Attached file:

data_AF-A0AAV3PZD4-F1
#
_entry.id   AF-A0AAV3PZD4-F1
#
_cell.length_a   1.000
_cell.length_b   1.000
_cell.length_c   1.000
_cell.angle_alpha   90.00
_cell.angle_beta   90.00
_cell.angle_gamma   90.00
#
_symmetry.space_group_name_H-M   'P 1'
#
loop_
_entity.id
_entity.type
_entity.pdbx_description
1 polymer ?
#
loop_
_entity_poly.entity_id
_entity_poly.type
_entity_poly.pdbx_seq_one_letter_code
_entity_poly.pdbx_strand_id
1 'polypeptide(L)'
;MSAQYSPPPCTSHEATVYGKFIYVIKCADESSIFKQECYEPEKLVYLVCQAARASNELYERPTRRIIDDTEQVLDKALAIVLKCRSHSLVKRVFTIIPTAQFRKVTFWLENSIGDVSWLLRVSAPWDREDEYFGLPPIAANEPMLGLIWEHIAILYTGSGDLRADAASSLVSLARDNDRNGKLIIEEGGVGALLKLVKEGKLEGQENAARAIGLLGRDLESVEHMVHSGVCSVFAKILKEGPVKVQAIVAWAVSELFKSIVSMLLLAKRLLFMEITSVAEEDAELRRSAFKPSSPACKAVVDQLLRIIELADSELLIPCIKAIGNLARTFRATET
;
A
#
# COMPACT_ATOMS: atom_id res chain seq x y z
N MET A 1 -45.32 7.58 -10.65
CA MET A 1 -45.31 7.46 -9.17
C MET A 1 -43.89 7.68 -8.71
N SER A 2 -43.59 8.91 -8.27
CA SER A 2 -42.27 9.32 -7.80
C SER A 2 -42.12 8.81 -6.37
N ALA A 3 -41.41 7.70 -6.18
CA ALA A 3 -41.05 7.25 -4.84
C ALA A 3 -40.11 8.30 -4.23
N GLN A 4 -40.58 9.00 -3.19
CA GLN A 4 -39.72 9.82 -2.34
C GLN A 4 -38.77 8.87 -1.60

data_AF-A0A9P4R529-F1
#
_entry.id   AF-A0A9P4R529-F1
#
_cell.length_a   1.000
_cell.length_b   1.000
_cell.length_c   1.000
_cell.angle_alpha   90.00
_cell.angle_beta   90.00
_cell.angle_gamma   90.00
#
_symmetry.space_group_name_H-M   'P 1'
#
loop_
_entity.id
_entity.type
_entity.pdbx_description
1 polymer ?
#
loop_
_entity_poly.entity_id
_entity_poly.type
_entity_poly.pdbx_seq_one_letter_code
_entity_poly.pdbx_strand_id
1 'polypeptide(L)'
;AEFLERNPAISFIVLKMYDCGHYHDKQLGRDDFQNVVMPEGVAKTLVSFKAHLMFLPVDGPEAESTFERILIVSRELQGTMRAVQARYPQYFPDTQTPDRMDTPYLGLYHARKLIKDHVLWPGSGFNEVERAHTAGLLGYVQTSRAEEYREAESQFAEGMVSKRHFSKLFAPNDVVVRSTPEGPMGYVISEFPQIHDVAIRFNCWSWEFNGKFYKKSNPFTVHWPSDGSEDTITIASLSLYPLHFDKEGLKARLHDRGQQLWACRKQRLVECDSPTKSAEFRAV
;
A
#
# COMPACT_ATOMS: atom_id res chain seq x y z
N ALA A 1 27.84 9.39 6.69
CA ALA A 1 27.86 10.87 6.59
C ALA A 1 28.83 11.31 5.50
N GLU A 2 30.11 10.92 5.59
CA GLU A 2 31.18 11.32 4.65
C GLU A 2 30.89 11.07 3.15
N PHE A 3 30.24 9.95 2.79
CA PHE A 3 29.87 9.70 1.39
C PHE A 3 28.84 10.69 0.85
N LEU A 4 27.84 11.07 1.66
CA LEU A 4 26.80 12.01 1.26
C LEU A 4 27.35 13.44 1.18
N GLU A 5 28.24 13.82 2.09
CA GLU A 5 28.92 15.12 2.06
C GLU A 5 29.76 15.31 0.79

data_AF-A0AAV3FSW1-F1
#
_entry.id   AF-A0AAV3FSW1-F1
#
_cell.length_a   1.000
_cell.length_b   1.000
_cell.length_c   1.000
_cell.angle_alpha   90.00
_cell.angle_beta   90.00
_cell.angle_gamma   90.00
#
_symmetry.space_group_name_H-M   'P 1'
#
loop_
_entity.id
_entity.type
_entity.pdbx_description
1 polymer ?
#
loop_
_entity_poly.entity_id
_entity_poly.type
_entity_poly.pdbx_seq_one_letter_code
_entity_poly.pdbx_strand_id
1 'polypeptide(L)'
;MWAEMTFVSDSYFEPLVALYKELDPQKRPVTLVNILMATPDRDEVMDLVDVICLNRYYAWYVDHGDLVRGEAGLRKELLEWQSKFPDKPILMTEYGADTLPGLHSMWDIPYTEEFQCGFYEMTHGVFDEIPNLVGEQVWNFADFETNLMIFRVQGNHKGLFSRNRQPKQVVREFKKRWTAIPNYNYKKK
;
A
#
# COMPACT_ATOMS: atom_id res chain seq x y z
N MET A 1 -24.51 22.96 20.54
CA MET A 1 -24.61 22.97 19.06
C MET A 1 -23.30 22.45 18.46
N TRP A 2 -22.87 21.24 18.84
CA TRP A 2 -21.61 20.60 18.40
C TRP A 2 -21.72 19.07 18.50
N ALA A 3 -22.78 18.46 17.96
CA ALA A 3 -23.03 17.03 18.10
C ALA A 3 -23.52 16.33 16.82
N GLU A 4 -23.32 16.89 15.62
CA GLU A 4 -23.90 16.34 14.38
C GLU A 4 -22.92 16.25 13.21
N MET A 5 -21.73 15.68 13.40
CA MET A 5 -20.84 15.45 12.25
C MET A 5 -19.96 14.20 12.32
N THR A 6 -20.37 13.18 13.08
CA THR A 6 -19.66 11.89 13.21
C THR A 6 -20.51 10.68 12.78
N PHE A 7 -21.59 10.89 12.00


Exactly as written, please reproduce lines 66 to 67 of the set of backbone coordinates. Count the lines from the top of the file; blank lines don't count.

_entity_poly.pdbx_strand_id
1 'polypeptide(L)'